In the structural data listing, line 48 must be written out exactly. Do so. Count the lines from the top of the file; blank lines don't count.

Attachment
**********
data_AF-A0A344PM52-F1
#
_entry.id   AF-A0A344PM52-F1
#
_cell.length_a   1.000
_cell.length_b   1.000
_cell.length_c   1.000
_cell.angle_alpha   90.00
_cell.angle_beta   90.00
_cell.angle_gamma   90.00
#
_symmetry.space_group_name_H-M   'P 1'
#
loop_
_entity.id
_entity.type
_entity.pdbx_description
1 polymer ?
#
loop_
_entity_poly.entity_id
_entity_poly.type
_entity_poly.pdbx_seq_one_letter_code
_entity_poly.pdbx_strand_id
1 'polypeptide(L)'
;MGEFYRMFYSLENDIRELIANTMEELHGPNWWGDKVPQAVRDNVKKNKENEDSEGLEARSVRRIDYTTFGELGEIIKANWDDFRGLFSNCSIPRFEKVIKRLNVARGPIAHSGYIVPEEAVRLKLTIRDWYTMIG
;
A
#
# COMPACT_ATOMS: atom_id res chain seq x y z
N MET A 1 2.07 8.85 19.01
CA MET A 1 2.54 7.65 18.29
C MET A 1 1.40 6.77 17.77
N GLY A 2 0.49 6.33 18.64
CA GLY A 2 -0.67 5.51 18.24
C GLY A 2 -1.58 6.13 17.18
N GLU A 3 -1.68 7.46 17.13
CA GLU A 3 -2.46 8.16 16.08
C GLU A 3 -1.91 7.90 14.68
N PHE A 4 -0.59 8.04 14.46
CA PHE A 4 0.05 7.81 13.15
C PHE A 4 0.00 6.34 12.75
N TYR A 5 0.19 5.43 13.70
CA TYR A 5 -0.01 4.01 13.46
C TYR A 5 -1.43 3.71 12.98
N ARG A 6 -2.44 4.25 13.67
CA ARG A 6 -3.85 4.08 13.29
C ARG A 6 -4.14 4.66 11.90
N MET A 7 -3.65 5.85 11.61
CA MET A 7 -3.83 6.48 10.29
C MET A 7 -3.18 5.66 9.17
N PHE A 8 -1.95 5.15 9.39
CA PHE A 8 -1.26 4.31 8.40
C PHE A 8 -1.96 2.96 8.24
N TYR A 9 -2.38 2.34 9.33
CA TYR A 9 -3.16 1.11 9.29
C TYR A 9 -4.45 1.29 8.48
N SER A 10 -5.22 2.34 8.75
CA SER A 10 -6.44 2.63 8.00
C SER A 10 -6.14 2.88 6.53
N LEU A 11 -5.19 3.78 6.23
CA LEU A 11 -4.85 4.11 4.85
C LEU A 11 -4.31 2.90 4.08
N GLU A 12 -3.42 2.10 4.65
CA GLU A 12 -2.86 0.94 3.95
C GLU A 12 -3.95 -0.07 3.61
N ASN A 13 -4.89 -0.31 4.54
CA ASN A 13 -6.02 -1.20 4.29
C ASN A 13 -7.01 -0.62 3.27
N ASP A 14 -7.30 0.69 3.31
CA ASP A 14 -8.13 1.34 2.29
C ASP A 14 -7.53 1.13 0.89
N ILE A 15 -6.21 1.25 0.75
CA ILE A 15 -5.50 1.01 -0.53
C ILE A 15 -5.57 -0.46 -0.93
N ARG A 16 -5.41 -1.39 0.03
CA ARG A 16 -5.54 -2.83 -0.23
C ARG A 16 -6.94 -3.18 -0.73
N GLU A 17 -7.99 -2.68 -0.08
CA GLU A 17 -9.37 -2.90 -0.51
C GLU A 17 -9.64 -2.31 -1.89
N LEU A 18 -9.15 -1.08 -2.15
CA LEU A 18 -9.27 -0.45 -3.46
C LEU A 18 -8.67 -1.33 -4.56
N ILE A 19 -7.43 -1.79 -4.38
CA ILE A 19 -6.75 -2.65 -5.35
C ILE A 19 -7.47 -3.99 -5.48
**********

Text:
C ARG A 6 -4.14 4.66 11.90